Lockout is a film that, like Star Wars (1977), exists as a series of homages to a shared movie-going experience. Guy Pearce’s Snow is Kurt Russell’s Snake Plissken by way of the smartass wisecracking hero who would normally be played by Bruce Willis. The psychopathic crazies and hardass government agents are all by the book characterisations. You can see pieces of plot being wheeled into place in obvious ways to set things up for later in the show. James Mather and Stephen Saint Leger essentially direct the film down around the level of a comic-book – the sort of absurdly ultra-violent comic-book that Arnold Schwarzenegger films of the 1980s like Commando (1985) and The Running Man (1987) existed as. Plenty of people are shot, brutally dispatched and the like but not in any particularly grim and nasty way. People’s motivation and the set-up required for scenes is never any more complicated than that that would take place in a thought balloon and everywhere Guy Pearce is present to toss off another wryly cynical one-liner. The action scenes are never particularly seat-edge or astoundingly original but the film is assembled in an entertaining package that moves slickly.

I am not entirely sure if Guy Pearce is a natural fit in the role of the tough loner action hero. Although he has bulked up for the part, Pearce is by nature a far more introverted and intellectual actor. He seems slender of build and withdrawn, more suited to internalised and tightass roles. The role of Snow seems one that is more suited to an actor such as Arnold Schwarzenegger, Sylvester Stallone or Bruce Willis who would either dominate the room with the toughness of their presence or go in with flip humour. You can see Guy Pearce performing at playing that part but I don’t think it comes across as a natural persona from the inside as it in the case of these other actors. In the performing stakes, the show is largely captured by British actor Vincent Regan who presents a worthily intelligent adversary where Regan seems determined to deliver his performance by channelling Gerard Butler. Joseph Gilgun determines to go batshit crazy as the psycho of the piece and seems to be having the time of his life every time he turns up on screen.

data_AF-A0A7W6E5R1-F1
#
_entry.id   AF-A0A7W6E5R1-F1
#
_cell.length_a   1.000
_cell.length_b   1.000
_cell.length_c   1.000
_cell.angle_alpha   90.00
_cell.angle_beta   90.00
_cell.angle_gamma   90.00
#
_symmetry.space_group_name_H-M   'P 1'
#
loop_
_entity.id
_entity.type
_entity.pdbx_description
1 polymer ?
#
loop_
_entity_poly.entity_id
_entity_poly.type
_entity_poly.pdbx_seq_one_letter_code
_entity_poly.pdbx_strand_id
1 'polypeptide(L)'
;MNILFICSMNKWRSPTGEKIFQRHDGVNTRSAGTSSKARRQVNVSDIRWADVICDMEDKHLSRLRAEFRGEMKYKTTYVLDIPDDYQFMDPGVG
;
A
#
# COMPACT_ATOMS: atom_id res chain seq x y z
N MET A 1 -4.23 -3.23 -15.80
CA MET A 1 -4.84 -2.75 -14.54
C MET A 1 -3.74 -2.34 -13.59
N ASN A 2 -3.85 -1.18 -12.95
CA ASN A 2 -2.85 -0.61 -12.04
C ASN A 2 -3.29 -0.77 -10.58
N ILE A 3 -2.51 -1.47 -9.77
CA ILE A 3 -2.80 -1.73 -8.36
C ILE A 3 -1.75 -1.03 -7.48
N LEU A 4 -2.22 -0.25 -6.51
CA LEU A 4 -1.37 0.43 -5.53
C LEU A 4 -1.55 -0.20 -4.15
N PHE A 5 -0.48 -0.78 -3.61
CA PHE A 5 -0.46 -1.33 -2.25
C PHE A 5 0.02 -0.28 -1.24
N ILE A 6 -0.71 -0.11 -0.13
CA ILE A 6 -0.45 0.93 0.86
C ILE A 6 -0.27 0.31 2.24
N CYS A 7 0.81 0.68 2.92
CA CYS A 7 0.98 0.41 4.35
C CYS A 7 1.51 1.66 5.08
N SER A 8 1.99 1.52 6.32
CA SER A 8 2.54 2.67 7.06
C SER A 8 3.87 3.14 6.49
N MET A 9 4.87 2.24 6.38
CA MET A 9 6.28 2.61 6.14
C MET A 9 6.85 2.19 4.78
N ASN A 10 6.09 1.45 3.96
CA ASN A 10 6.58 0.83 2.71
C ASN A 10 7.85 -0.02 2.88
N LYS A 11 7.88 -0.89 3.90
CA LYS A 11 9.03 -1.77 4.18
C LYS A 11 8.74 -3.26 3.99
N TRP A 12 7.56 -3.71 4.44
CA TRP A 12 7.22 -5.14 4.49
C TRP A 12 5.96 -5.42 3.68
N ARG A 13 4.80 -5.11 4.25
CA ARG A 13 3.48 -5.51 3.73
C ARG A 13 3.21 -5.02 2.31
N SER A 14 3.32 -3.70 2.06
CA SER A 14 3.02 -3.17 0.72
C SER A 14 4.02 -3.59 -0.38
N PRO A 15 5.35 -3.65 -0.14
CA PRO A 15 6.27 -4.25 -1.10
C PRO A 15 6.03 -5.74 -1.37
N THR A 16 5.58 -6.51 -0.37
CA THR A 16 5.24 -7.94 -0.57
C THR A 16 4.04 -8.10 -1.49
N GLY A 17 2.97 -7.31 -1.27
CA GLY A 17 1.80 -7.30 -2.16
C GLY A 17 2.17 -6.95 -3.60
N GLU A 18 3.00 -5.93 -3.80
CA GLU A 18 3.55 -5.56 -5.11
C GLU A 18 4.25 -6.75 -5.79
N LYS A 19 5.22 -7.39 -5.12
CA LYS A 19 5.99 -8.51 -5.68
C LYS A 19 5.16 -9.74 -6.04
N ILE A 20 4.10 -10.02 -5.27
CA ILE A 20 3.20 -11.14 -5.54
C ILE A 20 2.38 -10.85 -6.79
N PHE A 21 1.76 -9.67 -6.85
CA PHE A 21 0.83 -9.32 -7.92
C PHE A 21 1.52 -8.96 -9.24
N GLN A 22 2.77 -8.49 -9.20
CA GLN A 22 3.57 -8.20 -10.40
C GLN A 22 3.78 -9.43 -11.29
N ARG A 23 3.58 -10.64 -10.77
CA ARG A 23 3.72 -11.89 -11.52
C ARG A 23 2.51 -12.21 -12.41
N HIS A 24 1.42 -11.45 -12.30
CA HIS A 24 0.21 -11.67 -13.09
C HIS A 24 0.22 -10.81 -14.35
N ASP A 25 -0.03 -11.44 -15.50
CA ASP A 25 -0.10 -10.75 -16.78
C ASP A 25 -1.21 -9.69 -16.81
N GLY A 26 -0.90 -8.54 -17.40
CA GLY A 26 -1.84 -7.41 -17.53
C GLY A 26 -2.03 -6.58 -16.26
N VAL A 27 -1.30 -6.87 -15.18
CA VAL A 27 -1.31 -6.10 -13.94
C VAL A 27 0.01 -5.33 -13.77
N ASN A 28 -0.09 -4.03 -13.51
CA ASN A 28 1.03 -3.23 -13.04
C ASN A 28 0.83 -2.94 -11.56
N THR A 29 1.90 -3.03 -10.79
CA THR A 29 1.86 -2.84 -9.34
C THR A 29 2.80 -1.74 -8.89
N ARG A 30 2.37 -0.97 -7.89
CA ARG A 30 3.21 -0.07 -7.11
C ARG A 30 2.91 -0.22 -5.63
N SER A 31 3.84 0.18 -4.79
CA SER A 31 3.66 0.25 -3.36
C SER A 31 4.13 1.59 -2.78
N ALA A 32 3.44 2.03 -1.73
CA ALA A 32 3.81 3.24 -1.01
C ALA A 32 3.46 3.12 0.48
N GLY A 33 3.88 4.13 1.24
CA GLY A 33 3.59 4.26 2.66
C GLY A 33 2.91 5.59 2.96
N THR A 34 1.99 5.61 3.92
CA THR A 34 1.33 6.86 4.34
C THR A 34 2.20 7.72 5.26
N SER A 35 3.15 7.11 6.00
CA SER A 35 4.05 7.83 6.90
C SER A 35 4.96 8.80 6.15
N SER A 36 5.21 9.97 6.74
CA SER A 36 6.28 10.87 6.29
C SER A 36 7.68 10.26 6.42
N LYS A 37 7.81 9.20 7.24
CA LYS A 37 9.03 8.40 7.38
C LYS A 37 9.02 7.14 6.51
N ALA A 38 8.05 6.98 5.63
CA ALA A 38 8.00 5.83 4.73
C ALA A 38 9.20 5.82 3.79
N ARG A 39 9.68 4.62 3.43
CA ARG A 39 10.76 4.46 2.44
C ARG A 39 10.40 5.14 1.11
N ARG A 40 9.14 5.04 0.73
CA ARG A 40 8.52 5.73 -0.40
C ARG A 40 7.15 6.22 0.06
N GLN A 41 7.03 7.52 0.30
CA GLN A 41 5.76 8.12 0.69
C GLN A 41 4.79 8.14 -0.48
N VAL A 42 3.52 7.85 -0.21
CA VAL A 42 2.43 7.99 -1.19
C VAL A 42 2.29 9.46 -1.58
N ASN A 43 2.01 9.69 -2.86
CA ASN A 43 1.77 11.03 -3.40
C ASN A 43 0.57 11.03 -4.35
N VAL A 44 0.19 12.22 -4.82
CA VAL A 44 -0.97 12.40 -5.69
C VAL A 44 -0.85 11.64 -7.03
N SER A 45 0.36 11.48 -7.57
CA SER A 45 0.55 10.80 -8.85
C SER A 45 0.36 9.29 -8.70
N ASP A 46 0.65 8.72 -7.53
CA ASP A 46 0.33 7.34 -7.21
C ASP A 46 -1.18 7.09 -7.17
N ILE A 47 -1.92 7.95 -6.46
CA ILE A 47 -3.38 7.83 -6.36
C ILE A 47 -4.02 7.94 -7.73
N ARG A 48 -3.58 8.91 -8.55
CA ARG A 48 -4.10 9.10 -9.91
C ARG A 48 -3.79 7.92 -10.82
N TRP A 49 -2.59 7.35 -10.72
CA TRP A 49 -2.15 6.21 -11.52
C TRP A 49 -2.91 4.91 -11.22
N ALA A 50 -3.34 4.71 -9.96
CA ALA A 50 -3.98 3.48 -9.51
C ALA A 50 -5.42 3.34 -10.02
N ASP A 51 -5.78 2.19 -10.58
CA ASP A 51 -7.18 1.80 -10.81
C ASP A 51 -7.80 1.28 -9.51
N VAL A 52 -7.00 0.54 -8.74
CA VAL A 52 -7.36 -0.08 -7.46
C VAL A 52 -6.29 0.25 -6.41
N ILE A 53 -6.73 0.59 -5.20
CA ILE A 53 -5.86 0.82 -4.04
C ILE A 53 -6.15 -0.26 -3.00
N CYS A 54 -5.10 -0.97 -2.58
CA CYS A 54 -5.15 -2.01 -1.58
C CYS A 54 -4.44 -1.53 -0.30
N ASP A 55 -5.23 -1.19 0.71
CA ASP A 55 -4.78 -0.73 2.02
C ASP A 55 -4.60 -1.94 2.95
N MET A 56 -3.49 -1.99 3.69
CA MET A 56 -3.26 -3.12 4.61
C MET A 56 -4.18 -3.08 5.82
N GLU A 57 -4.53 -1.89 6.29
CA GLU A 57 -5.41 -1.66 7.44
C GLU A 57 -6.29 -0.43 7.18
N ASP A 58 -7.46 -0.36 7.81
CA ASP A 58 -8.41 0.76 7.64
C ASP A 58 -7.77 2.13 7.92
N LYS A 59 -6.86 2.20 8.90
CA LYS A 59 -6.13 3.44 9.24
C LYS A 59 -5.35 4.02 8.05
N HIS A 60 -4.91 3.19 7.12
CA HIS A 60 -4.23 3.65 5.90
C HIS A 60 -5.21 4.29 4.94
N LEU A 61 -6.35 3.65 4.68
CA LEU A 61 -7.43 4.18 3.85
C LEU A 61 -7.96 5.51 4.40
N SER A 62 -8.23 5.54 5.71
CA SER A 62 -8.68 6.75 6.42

Unlike Luc Besson’s not dissimilar The Fifth Element, which came with a highly detailed conceptualisation of the future, the world of 2079 is shown as being not very different to today where people seem to do little more than drive present-day cars, have identical fashions and visit contemporary hotel rooms. The only major social advancement seems to have been the idea of housing criminals in orbit – although I am not that certain the idea of cryogenically freezing criminals, an idea that also takes place in Sylvester Stallone’s Demolition Man (1993), would work as an idea of penal reform. Surely the idea of locking criminals away is firstly to remove them from active danger to society and secondly, to make them pay in terms of time for the acts they have done, and thirdly, although this seems a disappearing concept in the US penal system, to offer rehabilitation. As imprisonment becomes increasingly something about making criminals pay harshly by people who feel personally aggrieved or morally outraged, cryogenic suspension would surely mean that said people would feel cheated that the criminal can wake up in thirty years’ time to live their lives unchanged with no potential for remorse or suffering having been inflicted.